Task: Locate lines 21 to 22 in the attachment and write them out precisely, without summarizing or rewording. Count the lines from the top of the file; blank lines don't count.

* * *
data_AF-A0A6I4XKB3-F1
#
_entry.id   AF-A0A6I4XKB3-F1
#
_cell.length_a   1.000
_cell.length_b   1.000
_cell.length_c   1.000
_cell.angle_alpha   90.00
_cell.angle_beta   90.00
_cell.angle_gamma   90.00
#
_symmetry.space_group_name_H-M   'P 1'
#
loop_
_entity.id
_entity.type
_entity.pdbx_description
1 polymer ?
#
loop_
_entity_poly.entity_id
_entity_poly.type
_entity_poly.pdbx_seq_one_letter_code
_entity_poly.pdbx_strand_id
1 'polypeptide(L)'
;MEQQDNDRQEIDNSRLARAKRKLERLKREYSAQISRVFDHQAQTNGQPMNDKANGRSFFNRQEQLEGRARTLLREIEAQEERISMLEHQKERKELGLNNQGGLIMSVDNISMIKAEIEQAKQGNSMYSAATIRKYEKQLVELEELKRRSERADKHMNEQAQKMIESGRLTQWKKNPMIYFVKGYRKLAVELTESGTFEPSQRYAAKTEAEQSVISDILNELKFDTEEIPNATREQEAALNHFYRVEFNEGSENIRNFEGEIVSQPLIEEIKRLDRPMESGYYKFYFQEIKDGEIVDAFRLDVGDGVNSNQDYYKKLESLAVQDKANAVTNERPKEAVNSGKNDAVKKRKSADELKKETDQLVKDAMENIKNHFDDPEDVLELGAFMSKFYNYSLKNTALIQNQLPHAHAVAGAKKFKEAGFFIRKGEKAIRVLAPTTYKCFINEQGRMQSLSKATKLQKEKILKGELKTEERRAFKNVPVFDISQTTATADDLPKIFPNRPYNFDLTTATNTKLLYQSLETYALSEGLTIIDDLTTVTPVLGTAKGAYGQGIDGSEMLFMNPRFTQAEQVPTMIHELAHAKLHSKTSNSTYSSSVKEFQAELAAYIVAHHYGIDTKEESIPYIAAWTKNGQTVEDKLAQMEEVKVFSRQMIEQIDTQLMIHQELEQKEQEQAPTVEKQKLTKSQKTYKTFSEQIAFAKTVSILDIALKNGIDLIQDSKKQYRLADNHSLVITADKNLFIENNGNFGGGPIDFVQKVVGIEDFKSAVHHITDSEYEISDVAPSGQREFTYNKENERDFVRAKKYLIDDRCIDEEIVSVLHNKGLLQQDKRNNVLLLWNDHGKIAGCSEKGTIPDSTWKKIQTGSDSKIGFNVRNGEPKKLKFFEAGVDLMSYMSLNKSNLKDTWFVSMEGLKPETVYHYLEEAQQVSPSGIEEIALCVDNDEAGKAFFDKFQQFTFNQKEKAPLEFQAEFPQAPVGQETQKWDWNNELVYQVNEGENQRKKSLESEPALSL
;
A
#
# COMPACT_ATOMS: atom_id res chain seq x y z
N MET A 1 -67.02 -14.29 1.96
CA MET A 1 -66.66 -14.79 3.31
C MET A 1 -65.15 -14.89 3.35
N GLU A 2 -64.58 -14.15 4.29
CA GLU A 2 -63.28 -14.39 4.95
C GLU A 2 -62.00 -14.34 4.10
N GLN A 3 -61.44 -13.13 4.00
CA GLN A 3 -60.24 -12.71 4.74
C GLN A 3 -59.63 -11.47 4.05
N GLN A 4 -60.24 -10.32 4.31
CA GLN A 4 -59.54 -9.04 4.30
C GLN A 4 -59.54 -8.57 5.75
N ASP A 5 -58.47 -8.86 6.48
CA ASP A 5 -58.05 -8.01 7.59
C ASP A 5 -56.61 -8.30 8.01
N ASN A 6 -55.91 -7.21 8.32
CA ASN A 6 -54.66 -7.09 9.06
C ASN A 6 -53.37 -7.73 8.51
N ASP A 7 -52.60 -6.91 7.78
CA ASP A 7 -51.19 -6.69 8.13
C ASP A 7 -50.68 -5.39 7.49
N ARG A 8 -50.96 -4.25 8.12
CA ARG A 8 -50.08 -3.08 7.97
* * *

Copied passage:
_entity_poly.entity_id
_entity_poly.type